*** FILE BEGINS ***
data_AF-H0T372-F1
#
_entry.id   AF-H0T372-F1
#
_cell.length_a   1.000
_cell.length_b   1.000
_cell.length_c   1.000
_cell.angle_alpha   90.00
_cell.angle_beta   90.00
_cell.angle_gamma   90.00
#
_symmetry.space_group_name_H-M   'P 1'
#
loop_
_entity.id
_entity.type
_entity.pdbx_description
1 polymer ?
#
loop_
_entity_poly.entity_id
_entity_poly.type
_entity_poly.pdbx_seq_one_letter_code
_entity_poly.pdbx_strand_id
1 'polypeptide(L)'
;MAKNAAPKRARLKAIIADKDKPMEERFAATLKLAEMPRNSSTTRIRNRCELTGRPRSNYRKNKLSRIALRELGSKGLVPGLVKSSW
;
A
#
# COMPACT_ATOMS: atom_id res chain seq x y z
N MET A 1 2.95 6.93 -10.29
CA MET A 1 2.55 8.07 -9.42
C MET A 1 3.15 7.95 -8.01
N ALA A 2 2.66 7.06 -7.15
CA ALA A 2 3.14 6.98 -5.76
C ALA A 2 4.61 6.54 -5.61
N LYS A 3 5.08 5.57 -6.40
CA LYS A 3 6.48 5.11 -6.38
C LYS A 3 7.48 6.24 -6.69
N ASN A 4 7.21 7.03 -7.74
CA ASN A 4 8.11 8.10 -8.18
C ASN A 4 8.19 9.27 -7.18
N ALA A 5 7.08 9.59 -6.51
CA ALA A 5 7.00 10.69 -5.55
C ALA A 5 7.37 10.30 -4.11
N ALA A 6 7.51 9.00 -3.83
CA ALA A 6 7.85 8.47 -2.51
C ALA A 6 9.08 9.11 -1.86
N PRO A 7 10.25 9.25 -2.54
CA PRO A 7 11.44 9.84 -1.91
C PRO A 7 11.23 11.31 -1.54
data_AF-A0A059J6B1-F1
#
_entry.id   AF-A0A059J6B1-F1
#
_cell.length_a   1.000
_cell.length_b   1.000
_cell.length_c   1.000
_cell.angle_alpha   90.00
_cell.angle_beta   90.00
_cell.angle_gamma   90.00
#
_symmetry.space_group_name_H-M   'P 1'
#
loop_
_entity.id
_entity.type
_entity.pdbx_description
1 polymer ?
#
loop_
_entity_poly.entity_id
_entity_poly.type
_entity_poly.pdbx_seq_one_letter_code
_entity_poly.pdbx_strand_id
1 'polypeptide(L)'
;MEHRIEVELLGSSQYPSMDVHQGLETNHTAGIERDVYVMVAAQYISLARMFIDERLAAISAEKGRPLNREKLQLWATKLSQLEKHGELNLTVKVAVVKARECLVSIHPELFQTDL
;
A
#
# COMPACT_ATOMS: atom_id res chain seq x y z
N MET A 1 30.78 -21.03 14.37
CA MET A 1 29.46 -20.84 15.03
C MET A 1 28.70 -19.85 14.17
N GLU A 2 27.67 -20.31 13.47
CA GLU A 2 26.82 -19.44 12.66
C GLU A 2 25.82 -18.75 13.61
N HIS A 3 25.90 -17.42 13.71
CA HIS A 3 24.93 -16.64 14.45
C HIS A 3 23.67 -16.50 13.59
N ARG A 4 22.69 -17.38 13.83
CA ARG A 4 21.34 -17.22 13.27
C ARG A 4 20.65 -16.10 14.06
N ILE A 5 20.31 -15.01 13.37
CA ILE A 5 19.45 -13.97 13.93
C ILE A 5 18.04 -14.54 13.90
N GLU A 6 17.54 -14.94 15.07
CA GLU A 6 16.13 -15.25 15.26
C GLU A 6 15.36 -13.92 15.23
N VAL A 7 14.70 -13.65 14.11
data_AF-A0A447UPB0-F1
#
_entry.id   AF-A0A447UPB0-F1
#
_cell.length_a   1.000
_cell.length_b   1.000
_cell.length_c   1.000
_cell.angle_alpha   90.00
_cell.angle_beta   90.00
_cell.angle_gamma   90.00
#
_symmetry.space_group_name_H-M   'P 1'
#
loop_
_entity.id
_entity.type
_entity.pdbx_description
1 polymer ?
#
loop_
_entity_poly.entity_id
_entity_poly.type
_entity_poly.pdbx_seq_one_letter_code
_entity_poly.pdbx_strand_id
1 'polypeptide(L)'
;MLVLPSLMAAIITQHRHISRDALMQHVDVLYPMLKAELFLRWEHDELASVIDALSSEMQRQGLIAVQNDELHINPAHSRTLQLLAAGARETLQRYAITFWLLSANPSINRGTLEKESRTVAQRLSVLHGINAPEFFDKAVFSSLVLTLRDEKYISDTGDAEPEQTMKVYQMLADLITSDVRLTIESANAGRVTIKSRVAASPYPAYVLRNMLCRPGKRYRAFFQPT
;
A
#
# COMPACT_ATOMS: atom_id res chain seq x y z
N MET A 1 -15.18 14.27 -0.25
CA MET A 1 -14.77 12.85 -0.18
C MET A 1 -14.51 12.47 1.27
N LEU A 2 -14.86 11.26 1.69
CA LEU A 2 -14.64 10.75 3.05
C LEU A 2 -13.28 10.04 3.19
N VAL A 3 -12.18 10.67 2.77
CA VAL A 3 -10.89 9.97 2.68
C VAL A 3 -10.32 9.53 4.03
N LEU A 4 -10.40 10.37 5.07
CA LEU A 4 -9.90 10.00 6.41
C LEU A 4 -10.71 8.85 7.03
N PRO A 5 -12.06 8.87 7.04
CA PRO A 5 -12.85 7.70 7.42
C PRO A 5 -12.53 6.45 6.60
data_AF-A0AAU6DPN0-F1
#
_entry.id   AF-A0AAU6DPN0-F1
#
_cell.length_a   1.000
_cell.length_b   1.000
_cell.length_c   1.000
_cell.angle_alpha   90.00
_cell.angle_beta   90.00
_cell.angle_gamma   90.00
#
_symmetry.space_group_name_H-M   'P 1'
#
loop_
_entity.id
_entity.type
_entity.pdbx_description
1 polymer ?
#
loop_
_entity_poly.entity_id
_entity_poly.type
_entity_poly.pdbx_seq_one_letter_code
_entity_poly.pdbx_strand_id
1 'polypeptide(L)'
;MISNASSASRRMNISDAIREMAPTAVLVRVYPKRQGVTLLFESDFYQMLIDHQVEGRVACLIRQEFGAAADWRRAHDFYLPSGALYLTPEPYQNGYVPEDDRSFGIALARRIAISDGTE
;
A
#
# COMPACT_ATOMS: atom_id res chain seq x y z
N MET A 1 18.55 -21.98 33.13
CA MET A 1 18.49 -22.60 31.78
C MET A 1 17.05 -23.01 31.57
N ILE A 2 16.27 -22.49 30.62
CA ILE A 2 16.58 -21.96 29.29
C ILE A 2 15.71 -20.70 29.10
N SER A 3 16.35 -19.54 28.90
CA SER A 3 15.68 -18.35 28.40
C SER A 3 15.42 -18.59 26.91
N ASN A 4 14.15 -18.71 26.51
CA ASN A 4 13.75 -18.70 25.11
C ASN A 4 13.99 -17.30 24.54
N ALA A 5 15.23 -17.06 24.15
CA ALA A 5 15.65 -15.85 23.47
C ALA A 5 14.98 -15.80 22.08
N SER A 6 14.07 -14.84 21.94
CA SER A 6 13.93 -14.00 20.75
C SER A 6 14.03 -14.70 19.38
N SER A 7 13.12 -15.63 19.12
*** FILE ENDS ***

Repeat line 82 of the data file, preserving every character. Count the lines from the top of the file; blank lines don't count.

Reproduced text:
N MET A 1 30.78 -21.03 14.37